Joined CMEA: 1997
Years Experience Building Companies: 23
Education: Ph.D., Electrical Engineering, Stanford University. M.B.A., Stanford Graduate School of Business. S.B. and S.M. degrees in Physics and Electrical Engineering, Massachusetts Institute of Technology (MIT).
Board Seats: Reel Solar
Deal Starters: Entrepreneurs whose passion and intelligence are exceeded only by their ethics
Non-starters: Managers with a history of “ejecting early from companies”
Outside Activities: Aviation
As a pilot who has logged more than 2,500 hours in the air, David Tuckerman sees many parallels between aviation and venture capital. “A pilot is constantly making decisions, and it’s critical not to let emotions get in the way of a correct decision,” David said.
For example, it’s all too common for airplane accidents to occur because the pilot was fixated on reaching the planned destination, and didn’t want to disappoint his passengers, or be inconvenienced.
Venture capital does not move at the same speed as an airplane, and the nature of the risks are different, but the lessons are clear, according to David. A venture’s management can become emotionally committed to a course of action, even though rational analysis suggests a course correction. Important decisions like selecting a CEO, redefining the market opportunity, or abandoning a particular product development in which there have been significant sunk costs, should be made in light of new facts and with a conscious effort to avoid emotional influences.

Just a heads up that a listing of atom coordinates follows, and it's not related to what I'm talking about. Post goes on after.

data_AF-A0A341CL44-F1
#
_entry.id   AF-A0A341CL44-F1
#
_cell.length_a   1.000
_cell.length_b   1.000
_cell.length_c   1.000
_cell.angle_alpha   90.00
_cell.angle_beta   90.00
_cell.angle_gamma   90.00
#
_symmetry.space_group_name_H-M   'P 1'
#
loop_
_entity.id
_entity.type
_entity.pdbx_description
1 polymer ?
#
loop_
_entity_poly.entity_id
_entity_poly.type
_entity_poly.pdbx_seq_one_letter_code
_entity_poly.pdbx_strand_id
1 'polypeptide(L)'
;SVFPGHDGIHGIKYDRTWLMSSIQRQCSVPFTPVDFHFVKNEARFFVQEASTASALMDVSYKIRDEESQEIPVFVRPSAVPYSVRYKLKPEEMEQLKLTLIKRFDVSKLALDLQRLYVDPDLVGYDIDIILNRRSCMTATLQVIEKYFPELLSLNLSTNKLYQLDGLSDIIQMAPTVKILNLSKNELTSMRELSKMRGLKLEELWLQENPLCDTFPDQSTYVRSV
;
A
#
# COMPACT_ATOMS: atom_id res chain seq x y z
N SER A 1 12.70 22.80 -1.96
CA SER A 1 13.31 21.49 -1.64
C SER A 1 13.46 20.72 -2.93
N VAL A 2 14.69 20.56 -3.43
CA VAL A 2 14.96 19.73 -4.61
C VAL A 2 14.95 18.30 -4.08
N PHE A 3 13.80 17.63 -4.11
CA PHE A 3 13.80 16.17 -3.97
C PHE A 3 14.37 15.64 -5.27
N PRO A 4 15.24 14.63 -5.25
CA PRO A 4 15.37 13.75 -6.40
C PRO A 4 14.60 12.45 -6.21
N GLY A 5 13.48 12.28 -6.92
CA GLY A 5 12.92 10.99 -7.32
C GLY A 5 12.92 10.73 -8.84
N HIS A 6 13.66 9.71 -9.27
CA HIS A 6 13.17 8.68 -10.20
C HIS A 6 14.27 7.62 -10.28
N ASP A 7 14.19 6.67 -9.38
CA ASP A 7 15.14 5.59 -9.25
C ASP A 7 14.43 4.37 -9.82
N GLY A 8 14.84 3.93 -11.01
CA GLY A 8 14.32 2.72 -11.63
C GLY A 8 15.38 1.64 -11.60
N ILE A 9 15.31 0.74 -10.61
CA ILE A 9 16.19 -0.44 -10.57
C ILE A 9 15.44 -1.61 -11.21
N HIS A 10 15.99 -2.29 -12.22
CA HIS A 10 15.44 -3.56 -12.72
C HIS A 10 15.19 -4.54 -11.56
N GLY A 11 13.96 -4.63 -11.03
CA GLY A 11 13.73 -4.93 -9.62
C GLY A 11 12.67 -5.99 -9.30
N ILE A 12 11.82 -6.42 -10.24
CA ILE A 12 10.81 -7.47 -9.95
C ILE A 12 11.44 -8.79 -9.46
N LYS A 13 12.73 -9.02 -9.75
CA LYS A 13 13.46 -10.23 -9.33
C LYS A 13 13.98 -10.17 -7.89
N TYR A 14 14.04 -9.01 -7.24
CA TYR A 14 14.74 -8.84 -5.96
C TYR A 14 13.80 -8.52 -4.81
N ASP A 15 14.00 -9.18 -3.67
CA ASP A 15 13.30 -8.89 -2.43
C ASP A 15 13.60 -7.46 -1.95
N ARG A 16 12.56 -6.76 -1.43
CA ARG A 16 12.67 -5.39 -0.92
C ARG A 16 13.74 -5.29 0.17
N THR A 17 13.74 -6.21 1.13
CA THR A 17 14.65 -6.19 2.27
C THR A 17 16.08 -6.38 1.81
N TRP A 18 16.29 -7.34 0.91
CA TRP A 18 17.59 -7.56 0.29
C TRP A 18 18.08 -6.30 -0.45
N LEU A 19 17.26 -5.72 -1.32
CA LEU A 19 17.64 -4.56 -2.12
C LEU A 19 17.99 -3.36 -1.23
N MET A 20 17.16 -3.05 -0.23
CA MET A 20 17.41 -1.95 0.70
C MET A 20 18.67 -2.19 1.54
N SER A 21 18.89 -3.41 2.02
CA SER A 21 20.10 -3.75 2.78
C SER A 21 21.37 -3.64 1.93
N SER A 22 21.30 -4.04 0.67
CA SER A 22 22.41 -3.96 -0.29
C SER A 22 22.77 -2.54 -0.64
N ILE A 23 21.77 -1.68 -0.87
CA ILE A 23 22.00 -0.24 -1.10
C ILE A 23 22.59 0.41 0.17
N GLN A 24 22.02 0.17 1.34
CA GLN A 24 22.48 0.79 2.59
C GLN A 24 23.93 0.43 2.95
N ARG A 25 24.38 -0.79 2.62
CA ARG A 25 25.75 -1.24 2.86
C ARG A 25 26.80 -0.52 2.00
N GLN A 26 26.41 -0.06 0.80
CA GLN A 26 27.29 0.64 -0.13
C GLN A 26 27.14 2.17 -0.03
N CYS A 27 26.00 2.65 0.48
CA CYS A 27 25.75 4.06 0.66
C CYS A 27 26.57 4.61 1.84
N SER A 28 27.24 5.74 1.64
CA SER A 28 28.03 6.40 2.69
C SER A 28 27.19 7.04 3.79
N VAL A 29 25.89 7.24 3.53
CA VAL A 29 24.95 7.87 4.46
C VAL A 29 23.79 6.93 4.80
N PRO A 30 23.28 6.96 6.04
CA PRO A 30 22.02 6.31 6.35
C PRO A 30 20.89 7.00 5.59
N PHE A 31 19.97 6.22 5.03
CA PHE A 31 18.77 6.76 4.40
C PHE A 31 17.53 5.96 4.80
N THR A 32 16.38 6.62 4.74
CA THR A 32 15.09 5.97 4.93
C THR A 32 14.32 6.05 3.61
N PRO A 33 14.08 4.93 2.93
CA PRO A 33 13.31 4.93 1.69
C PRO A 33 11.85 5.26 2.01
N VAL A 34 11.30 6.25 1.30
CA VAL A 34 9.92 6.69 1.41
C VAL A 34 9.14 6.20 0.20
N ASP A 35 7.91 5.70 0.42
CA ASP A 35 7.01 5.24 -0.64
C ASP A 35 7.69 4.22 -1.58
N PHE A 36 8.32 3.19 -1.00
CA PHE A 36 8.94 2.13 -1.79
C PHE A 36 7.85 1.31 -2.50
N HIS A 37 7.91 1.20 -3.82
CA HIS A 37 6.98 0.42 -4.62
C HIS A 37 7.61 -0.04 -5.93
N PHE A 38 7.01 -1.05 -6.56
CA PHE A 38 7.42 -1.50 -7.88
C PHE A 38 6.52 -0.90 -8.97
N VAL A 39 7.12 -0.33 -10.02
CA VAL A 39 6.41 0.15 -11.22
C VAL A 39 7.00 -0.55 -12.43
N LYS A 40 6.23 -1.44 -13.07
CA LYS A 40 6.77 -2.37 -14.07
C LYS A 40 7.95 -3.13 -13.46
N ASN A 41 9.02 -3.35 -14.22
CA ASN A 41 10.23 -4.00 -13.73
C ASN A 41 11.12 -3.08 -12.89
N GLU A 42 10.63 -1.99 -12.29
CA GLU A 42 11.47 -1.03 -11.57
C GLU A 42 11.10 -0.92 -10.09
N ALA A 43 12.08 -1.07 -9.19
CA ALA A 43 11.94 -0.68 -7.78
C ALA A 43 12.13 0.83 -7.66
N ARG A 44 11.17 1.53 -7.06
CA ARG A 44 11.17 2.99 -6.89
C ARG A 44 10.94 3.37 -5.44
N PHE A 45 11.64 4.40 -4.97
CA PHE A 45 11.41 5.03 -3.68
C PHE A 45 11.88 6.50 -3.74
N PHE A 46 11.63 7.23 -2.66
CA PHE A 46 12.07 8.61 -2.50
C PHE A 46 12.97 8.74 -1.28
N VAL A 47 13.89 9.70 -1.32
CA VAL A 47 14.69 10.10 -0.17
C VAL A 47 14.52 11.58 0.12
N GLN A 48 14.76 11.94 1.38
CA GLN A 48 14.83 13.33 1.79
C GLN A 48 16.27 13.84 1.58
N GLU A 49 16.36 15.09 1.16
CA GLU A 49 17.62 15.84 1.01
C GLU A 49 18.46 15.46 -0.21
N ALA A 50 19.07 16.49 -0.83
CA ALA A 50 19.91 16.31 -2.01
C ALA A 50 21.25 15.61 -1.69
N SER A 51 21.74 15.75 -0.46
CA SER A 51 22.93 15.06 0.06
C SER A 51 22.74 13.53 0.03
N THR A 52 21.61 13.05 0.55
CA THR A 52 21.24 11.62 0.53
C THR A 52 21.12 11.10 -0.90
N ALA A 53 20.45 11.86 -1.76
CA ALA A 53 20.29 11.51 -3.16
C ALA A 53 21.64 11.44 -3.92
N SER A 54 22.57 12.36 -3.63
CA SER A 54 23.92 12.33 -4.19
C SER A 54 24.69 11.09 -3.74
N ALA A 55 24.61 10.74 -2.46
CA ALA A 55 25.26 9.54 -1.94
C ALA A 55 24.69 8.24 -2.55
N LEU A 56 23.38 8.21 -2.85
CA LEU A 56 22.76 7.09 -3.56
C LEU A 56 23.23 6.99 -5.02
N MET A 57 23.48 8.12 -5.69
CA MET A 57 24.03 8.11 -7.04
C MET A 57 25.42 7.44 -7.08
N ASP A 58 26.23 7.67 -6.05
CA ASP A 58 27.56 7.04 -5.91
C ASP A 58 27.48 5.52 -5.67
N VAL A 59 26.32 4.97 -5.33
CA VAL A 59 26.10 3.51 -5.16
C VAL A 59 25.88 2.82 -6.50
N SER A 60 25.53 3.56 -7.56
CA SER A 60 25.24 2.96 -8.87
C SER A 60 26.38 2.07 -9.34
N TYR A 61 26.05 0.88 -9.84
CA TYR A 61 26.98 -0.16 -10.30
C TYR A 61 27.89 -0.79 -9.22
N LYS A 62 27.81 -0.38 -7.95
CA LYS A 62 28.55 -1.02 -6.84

From 2003 to 2009 David was Chief Technical Officer of Tessera, where he was a member of the management team that executed the company’s successful IPO. Tessera innovated technologies that have transformed a variety of wireless, consumer and computing products. Prior to Tessera, David was co-founder and CTO of nCHIP, a chip interconnect company that was acquired by Flextronics International Ltd. He previously held R&D positions at Lawrence Livermore National Laboratory and the IBM T. J. Watson Research Center.